Verhoeff believed that the organization of prior subretinal hemorrhage resulted in new vessels invading the subpigment epithelial space from the choroid.1 With the advent of fluorescein sodium angiography, however, Gass was able to document that subretinal neovascularization can occur in the absence of a preceding hemorrhage.1 The proper sequence of choroidal neovascularization preceding a subretinal hemorrhage is now well established.2 Despite recognizing the pathogenic mechanism, hemorrhage emanating from a choroidal neovascular frond has, to our knowledge, never been documented photographically. We recorded a subretinal hemorrhage occurring from choroidal subretinal neovascularization during fluorescein angiography.
Report of a Case.
—Fluorescein angiography was performed to evaluate a sensory retinal detachment associated with a pigmented subretinal scar in the left eye of a 71-year-old woman (Fig 1, left). The patient had not previously undergone fluorescein angiography, did not have a known bleeding diathesis, and was not taking any substance with a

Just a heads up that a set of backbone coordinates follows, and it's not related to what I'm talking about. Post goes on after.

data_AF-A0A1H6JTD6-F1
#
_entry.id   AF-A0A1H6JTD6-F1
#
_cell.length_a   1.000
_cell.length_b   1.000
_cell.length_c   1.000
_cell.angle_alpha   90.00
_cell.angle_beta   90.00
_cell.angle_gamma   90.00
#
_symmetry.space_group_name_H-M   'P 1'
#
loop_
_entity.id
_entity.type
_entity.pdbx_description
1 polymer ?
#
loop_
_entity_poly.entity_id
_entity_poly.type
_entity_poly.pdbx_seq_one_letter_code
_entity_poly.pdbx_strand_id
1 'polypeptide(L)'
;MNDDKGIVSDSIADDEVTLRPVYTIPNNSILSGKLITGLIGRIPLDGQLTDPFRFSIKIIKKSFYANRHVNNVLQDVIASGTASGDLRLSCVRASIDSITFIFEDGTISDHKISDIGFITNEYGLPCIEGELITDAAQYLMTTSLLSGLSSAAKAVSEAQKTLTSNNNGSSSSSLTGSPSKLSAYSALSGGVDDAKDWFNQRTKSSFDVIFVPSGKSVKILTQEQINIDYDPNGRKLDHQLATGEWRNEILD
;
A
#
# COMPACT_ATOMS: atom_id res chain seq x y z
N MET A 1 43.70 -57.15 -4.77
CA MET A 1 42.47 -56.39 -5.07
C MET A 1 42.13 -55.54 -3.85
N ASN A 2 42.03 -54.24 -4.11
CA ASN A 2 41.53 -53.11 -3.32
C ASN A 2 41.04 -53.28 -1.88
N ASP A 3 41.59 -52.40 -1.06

Catalano RA, Mehu M, Ray GS, Hampton GR. Subretinal Hemorrhage From Choroidal Neovascularization: Fluorescein Angiographic Documentation. Arch Ophthalmol. 1990;108(2):174–175. doi:10.1001/archopht.1990.01070040026013
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